Problems in technique and tempo
Editor's note: PoliceOne has partnered with the New York Tactical Officers Association (NYTOA) to bring you feature articles from their outstanding publication, NY Tactical magazine. The following article first appeared in NY Tactical and is reprinted by permission of the publisher. Check back on Tuesdays toward the middle of every month for features from NYTOA.
By Brian C. Hartman
One of the greatest benefits of teaching tactics is, how many students from varied backgrounds we come in contact with. Like all of us, students bring to class, a willingness to learn, and a host of both good and bad habits.
A problem I often observe is a lack of situational discretion as it applies to tempo. Another is an operational misunderstanding of the occupation of space versus the clearing of space.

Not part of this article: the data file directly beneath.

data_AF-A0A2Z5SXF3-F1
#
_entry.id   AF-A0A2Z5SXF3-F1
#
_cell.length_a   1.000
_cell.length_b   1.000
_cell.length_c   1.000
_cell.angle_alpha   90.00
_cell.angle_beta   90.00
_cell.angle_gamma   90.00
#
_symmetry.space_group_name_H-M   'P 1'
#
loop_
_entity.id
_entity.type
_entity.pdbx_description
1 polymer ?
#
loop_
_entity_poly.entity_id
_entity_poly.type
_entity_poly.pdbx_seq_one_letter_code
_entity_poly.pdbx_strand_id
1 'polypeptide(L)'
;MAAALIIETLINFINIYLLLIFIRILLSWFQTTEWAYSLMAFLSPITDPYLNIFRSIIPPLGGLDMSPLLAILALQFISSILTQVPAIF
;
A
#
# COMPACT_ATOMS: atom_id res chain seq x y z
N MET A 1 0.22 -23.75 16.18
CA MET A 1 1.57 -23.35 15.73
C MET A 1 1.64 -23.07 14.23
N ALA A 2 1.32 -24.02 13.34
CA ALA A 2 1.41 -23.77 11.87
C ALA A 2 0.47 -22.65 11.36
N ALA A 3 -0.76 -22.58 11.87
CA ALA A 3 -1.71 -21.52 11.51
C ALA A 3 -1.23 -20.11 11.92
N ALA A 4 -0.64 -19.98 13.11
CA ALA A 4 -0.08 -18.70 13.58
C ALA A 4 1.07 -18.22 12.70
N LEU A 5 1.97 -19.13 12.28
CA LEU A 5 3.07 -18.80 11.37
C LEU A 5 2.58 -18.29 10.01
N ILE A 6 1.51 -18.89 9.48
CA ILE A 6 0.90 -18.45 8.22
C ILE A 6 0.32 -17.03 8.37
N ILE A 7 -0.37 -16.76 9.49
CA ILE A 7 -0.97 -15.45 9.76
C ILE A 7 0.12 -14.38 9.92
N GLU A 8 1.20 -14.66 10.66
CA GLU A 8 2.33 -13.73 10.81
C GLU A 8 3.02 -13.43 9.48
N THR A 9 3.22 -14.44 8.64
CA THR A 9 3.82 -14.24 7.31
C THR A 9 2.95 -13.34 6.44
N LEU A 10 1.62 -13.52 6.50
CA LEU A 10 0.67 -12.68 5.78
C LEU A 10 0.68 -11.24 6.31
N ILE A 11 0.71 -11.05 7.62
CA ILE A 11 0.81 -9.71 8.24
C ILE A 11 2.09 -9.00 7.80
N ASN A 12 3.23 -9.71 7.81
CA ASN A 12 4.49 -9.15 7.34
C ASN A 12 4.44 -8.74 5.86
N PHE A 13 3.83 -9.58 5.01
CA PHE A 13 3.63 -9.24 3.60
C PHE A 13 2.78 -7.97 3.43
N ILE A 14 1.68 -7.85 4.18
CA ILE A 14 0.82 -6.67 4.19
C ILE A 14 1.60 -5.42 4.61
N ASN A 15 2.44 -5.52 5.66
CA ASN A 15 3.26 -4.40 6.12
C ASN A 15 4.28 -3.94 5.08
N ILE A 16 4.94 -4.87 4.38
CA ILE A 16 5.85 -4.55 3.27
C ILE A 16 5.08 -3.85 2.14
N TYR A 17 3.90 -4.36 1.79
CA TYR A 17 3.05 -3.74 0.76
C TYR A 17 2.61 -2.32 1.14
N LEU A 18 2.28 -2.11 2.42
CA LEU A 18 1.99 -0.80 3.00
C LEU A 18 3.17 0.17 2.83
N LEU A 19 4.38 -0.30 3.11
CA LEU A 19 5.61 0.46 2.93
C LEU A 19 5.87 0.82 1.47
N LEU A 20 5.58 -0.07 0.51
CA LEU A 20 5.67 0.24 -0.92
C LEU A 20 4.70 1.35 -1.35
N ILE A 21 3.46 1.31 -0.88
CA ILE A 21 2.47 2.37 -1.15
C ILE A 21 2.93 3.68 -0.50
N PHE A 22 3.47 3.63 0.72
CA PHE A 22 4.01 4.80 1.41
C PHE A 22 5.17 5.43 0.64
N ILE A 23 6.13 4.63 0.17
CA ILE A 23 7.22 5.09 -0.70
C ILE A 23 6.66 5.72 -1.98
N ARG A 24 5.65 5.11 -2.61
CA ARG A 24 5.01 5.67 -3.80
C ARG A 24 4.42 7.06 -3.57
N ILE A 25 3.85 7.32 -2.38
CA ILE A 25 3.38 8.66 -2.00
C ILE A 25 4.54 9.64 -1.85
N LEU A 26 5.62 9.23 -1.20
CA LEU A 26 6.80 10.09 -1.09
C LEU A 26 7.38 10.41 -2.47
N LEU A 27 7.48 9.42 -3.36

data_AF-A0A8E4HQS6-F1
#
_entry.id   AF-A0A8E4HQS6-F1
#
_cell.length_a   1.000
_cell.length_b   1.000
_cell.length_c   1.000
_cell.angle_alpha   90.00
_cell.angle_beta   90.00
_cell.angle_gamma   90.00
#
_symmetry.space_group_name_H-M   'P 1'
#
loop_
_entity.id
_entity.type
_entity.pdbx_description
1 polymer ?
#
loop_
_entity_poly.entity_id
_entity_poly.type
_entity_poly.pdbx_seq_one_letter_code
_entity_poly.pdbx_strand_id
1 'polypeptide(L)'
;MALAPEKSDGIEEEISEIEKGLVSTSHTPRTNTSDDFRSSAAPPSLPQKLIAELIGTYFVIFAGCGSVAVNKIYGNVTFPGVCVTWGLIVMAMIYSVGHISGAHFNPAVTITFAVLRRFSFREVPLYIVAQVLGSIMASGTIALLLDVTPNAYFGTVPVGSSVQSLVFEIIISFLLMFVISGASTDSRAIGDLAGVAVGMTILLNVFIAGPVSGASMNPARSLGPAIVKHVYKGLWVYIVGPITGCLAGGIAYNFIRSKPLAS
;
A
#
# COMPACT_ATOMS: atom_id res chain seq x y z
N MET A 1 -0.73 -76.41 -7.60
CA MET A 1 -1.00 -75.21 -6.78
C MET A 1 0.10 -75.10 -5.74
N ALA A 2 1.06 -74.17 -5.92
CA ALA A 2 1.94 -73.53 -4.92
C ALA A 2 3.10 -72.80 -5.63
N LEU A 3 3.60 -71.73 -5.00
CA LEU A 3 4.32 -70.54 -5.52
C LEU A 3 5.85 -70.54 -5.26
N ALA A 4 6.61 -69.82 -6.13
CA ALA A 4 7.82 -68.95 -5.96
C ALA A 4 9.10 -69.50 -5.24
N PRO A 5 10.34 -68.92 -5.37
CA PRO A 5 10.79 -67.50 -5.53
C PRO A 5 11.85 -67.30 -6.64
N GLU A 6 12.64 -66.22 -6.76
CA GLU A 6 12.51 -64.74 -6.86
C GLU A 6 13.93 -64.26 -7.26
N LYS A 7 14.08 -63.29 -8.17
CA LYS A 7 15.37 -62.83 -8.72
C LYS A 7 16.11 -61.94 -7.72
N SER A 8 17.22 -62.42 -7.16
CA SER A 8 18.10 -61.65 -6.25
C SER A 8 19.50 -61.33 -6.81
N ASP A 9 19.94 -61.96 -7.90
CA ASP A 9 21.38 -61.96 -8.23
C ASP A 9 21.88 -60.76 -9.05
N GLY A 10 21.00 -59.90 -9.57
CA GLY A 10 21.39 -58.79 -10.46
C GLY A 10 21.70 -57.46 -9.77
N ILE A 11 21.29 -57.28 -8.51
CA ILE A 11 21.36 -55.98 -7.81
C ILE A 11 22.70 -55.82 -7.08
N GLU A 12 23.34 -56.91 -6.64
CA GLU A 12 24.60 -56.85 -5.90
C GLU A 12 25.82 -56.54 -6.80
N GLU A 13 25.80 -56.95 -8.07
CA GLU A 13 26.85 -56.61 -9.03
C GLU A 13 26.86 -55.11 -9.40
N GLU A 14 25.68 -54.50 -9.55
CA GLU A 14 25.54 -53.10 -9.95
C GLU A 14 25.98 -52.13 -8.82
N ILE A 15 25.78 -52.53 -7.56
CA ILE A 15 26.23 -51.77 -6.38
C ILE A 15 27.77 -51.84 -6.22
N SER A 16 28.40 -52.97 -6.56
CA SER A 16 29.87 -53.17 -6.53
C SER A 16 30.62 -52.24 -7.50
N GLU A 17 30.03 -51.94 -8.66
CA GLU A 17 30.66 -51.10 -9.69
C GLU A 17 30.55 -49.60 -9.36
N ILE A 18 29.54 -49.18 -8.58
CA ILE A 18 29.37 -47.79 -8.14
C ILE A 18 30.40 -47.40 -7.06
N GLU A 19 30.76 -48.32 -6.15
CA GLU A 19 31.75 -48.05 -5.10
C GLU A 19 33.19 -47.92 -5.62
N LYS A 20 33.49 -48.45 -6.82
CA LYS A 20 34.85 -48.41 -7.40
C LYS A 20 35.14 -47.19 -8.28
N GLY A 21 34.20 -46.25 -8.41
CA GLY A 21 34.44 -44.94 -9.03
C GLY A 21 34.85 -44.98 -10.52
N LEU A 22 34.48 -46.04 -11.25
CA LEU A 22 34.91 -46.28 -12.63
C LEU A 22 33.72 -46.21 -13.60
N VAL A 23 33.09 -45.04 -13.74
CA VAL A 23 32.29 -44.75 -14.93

While clearing a structure or space, a shooter will encounter walls, doors, steps and all the other defining attributes of a building. Obviously negotiating these will necessitate the use of movement. By proxy, this means that as our shooter ‘moves’, their body will physically occupy “new / conquered” space, while surrendering “old / relinquished” territory. Meanwhile as the shooters eyes and muzzle pass through areas, they are indeed “searching” for the common indicators of human presence: form, shape, shift, noise, weapons, light, flash, color/contrast, etc. And it is here where the problems begin...